Contracts Labor Unions

  • Ford announced today that it is cutting production by 21% resulting in downtime at the assembly plant in St. Thomas Ontario on Friday Aug. 18, 2006. Ford Motor Co. announces sharp cuts in its North American production that would force it to partially shut down plants in the U.S. and Canada in the fourth quarter. (AP Photo/Canadian Press, Geoff Robins)

    The United Auto Workers union had given local unions until Monday to complete voting. But a person briefed on the voting said Saturday that the contract changes have been rejected by large margins.

  • French Flag

    A recent spate of suicides at France Télécom has revealed a paradox at the heart of French society: Even with robust labor protection, workers here see themselves as profoundly insecure, with many complaining about being pushed beyond their limits by the pace of economic change.

  • One thing that’s missing from this recovery is jobs. Where will they come from? Karen Finerman asks Secretary of Labor Hilda Solis.

  • One thing that’s missing from this recovery is jobs. Where will they come from? Karen Finerman asks Secretary of Labor Hilda Solis.

  • Karen Finerman sat down with Teamsters president James Hoffa and asked the union chief some pretty candid questions. What's his number one priority? Find out now!

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    President Barack Obama, claiming credit for an uptick on his watch, told autoworkers Tuesday that the economy is on its way back from the brink because of his policies.

  • Years of state and federal neglect have hobbled the nation’s unemployment system just as a brutal recession has doubled the number of jobless Americans seeking aid, the New York Times reported.

  • Democrats

    A half-dozen senators friendly to labor have decided to drop a central provision of a bill that would have made it easier to organize workers.

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    NFL players are blitzing Capitol Hill, meeting with about a dozen members of Congress, including House Speaker Nancy Pelosi, to build political support in a possible labor showdown with team owners.

  • General Motors is using its huge pension fund in a way it never intended. It had planned — and put money aside — for a steady march of retirees over time. But instead, tens of thousands of blue-collar workers, most in their 40s and 50s, are all becoming eligible for retirement benefits now, as the company rapidly downsizes.

  • General Motors Headquarters

    The UAW VEBA fund has named auto consultant and former auto analyst Steve Girsky to the board of General Motors. It's an appointment that should be applauded at GM, in Detroit, and on Wall Street.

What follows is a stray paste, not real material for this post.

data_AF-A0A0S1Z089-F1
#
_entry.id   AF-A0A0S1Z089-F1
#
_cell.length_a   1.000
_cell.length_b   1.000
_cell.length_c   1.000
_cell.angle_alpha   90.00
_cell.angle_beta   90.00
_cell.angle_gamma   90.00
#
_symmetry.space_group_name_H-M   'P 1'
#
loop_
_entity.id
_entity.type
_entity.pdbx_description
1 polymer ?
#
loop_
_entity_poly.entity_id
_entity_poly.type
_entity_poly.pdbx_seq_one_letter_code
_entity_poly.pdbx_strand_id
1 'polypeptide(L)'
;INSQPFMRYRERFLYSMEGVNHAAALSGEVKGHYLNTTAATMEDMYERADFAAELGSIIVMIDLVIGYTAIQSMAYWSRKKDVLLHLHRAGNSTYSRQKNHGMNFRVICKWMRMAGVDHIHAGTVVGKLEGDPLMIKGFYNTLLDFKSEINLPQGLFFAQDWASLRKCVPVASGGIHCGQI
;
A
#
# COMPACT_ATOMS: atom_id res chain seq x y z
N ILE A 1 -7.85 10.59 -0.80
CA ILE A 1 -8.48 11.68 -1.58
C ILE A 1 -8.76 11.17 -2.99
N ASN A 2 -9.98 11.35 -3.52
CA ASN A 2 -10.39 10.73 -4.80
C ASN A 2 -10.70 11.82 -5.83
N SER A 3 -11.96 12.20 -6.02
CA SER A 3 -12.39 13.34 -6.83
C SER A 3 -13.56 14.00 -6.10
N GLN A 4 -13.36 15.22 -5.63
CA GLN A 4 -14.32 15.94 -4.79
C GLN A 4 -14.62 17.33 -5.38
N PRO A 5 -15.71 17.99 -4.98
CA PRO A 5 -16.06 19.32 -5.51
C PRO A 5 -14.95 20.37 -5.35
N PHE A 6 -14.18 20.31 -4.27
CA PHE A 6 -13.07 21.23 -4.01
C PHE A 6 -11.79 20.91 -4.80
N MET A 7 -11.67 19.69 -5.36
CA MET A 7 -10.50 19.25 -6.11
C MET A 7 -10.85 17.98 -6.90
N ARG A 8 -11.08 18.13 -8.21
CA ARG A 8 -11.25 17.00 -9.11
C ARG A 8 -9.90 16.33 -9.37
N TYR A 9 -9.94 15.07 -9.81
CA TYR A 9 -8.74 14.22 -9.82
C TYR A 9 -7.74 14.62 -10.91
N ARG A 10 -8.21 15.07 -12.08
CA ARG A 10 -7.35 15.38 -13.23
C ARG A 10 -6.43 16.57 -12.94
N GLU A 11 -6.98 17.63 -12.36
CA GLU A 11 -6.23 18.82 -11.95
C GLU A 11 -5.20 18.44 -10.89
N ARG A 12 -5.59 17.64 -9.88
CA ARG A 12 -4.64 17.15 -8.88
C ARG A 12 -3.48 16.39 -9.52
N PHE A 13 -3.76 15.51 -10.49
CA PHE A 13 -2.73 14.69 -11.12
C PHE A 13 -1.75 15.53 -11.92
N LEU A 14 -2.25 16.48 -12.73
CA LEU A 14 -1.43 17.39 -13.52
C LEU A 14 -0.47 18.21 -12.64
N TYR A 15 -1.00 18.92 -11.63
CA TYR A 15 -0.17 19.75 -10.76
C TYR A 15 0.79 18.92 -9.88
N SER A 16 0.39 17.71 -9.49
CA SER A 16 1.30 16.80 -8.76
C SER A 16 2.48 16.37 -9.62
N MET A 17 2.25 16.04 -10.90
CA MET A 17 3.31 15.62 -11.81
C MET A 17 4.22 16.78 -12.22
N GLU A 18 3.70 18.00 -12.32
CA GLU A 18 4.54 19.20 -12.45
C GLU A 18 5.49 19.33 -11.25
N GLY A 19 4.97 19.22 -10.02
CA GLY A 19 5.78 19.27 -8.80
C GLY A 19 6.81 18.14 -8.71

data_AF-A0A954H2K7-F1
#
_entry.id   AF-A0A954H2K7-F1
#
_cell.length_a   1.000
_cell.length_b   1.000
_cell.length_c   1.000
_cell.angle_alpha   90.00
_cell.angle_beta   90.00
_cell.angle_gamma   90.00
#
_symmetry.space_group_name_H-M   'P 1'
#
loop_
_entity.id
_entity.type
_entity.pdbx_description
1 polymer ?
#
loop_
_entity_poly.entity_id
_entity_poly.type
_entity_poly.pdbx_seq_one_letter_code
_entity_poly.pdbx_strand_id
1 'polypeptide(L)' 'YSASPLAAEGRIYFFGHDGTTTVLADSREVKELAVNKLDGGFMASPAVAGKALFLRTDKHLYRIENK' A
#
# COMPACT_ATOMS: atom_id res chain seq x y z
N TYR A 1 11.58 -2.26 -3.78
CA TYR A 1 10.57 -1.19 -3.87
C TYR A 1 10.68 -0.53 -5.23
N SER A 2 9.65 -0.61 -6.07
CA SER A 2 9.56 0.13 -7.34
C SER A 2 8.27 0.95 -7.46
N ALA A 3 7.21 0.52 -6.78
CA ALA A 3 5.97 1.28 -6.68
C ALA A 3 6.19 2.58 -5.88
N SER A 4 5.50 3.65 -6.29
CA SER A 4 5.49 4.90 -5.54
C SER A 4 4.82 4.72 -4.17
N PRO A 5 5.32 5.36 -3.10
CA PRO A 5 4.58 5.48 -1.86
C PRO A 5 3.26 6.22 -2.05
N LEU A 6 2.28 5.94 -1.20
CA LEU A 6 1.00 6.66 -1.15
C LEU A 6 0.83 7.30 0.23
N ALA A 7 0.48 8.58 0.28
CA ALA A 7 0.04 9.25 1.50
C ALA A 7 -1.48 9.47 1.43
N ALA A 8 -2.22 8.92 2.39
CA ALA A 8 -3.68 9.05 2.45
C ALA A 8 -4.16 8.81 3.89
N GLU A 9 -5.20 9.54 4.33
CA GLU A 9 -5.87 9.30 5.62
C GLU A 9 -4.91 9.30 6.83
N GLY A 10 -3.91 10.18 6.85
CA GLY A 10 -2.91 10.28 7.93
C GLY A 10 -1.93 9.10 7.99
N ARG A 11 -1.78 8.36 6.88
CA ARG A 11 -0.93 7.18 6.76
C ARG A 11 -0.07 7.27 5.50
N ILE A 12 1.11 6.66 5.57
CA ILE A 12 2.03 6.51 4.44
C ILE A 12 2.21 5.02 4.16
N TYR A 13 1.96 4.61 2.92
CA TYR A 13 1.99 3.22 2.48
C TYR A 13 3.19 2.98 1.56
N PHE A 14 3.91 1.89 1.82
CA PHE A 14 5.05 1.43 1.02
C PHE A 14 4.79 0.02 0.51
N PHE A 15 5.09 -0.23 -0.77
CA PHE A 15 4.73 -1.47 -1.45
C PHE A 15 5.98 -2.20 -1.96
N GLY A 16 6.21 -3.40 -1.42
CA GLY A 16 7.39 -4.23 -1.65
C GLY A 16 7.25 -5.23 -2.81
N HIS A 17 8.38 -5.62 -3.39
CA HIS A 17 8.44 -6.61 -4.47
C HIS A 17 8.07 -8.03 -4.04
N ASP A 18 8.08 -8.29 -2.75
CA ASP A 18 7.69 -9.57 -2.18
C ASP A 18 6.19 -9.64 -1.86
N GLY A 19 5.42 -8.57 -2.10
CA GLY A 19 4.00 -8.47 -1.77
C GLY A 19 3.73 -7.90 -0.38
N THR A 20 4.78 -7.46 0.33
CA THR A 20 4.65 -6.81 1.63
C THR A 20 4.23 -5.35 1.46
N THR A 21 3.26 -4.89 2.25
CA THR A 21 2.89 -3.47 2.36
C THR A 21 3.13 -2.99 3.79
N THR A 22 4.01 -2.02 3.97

• A British union says thousands of postal workers will strike next week in a dispute over jobs and services.

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    Underground transportation strikes that are taking place in the UK Wednesday and Thursday could cost the nation £110 million ($180 million).

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    For decades, the United Automobile Workers had a simple strategy for getting what it wanted from the carmakers — it would go on strike. The tactic proved so successful that the mere threat of a walkout often won better wages, benefits and job security.

  • With Chrysler and General Motors in bankruptcy and under the ‘de facto’ if not ‘de jure’ management of the U.S. Government, the hue and cry emanating from the pundits and politicians and television journalists and on and on wails, “What is left of the American auto industry?”

  • Stocks finished near session lows Wednesday as rising bond yields on government debt raised concern that borrowing costs are going to start going up and tamp down the economic recovery.

  • General Motors logo

    The Obama administration continues to try to facilitate a long-shot debt-reduction agreement with reluctant General Motors bondholders despite a bankruptcy deadline.

  • Stocks got a quick pop Wednesday after a report showed existing-home sales rose in April  but quickly retreated as the previous day's optimism faded and GM stirred anxiety in the market. But tech stocks gained, sending the Nasdaq into positive territory.

  • Stocks got a quick pop Wednesday after a report showed existing-home sales rose in April  but quickly retreated as the previous day's optimism faded and GM stirred anxiety in the market. But tech stocks gained, sending the Nasdaq into positive territory.

  • Futures pared earlier gains Wednesday to indicate a mixed open for Wall Street as optimism from the previous day's consumer confidence data dwindled and was replaced by anxiety about what looks like certain bankruptcy for General Motors.